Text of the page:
If you’re a student diving into a fresh new school year, you will soon find that some things just seem to go hand-in-hand with architecture school. Like all-nighters, coffee, attempts to fit the word ‘undulation’ into reviews – and a general lack of interest in participating in the professional architecture world that exists outside of studio. That lack of participation is semi-understandable. After all, architecture school is difficult, demanding, and super time-consuming. But here’s the thing – the time spent in school and working on projects is only a small portion of your overall training as an architect, and ignoring non-school professional events is absolutely detrimental to your education, as well as your life and career after graduation. Here are 5 reasons why you need to be going to activities outside of school:
1 | You love what you do
You do love architecture…don’t you? You’re expending an incredible amount of resources in terms of time, money and health, in pursuit of getting your architecture degree. The theory, then, is that you at least kind of enjoy what you’re doing. (If you’re not, then please stop and reassess your life goals. Life is too short to spend doing anything other than what you truly enjoy.) So if you really are passionate about what you’re doing, why wouldn’t you want to take advantage of events that expose you to more of it? These events offer differing points of view, new concepts, and new techniques that can invigorate you and inspire you! This brings me to my next point:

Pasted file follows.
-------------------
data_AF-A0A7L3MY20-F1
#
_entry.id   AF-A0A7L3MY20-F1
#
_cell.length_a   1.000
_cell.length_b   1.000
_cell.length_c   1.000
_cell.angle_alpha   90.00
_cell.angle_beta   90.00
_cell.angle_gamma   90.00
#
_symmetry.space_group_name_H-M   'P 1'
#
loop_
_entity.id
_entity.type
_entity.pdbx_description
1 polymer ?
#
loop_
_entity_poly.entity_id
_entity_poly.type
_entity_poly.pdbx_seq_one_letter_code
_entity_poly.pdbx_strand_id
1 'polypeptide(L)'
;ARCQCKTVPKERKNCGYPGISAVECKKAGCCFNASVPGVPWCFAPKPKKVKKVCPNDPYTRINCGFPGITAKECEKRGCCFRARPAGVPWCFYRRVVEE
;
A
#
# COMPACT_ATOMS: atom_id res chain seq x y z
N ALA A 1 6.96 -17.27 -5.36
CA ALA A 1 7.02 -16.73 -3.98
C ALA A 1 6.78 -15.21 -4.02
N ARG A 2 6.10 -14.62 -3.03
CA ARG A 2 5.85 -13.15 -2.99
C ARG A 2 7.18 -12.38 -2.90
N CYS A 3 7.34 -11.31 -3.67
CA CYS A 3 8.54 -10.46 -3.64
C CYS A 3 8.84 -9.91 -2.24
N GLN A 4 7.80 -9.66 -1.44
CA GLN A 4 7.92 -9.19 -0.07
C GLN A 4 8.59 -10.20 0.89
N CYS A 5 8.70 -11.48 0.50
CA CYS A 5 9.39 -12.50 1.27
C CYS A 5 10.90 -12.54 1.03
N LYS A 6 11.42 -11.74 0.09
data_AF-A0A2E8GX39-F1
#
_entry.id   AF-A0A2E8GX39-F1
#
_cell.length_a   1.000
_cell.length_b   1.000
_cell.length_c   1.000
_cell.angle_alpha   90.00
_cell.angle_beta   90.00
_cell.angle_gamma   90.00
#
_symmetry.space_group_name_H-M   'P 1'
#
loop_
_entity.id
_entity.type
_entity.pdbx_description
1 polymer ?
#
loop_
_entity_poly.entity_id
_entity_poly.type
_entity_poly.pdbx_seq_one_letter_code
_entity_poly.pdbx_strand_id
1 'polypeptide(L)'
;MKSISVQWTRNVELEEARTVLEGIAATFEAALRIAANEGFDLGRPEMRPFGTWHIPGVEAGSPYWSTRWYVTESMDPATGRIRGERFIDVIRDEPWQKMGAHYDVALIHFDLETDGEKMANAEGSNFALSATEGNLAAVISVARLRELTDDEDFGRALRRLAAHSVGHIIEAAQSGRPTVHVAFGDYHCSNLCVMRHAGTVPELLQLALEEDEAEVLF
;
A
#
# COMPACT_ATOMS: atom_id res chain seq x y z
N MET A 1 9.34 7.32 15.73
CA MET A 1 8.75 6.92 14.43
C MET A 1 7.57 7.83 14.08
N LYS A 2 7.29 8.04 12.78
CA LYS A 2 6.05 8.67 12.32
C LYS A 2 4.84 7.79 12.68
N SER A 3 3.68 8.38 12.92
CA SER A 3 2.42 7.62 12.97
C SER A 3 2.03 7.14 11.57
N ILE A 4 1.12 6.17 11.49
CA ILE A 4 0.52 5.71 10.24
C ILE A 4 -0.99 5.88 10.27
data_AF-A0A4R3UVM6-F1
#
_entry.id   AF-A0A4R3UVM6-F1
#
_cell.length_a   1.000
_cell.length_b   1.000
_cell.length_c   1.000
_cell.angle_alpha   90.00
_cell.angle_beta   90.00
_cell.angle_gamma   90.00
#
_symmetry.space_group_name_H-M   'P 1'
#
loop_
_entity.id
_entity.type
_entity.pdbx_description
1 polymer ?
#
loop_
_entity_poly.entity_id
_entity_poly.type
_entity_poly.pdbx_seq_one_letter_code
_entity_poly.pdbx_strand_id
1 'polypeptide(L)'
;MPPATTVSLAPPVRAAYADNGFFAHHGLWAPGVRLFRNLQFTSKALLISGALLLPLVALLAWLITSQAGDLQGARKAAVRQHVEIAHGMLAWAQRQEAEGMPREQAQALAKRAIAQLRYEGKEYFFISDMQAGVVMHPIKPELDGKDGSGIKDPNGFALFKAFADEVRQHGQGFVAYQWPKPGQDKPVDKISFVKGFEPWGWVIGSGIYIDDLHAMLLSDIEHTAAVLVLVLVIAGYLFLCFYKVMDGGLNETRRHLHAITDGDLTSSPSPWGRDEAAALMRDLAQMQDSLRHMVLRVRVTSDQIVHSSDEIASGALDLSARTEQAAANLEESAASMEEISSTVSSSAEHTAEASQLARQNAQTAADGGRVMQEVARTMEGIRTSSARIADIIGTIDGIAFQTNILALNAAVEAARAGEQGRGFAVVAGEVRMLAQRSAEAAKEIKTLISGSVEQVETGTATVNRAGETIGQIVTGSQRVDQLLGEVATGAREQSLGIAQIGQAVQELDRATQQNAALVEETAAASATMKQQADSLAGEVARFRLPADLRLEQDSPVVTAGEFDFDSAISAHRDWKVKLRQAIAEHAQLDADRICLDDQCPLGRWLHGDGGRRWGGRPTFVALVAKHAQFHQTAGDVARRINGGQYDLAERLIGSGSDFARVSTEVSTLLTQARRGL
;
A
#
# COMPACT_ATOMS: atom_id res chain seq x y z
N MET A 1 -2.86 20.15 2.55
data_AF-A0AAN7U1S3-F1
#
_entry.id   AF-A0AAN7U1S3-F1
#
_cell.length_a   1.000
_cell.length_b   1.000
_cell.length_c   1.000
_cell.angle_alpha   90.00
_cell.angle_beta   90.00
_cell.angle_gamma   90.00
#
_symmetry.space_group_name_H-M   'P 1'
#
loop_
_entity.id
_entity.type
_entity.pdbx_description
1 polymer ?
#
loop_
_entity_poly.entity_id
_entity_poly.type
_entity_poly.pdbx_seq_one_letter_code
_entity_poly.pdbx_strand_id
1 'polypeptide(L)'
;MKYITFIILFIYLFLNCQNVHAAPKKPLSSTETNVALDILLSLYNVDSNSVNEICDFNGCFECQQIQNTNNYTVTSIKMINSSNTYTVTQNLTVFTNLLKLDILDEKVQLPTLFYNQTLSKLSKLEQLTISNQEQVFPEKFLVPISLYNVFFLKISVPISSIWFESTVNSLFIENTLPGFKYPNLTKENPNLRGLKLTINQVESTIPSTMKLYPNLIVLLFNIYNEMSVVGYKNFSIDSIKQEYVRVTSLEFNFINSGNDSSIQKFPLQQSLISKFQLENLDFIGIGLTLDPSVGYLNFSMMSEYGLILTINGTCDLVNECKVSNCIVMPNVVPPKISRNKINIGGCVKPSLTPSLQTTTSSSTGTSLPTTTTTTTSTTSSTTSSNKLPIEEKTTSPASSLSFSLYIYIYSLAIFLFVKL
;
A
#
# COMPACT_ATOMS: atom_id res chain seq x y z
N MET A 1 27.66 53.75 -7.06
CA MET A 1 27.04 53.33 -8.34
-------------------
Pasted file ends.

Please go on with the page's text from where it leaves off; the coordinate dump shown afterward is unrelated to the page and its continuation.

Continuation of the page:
2 | You love what other people do
At least, you should. If you haven’t picked up on this yet, an incredible amount of knowledge and skill is gained by studying and learning from things that other people have done. This can come from flipping through a book of Aalto’s work to picking up a copy of Architectural Record, or it can come from simply going to a lecture. Honestly, books and magazines are good, but going to a lecture and hearing new ideas from the designers who created them – their intentions, their struggles, what they thought, and what they felt as they designed – is an incredible opportunity that is astonishingly valuable. It’s inspiring, and I can promise you that the ideas you hear will stick with you. You may not realize it at first, or it may be subconscious and you may not realize it for months or years, if ever. But you are always picking up on ideas and storing them in your mind, where they are ready and waiting to come to the surface when needed. Every lecture, every site visit, and every film screening has the ability to help you grow as a designer a little bit more every time. And what if something hits home immediately and gives you the instant gratification of a major breakthrough? What a sweet feeling that is!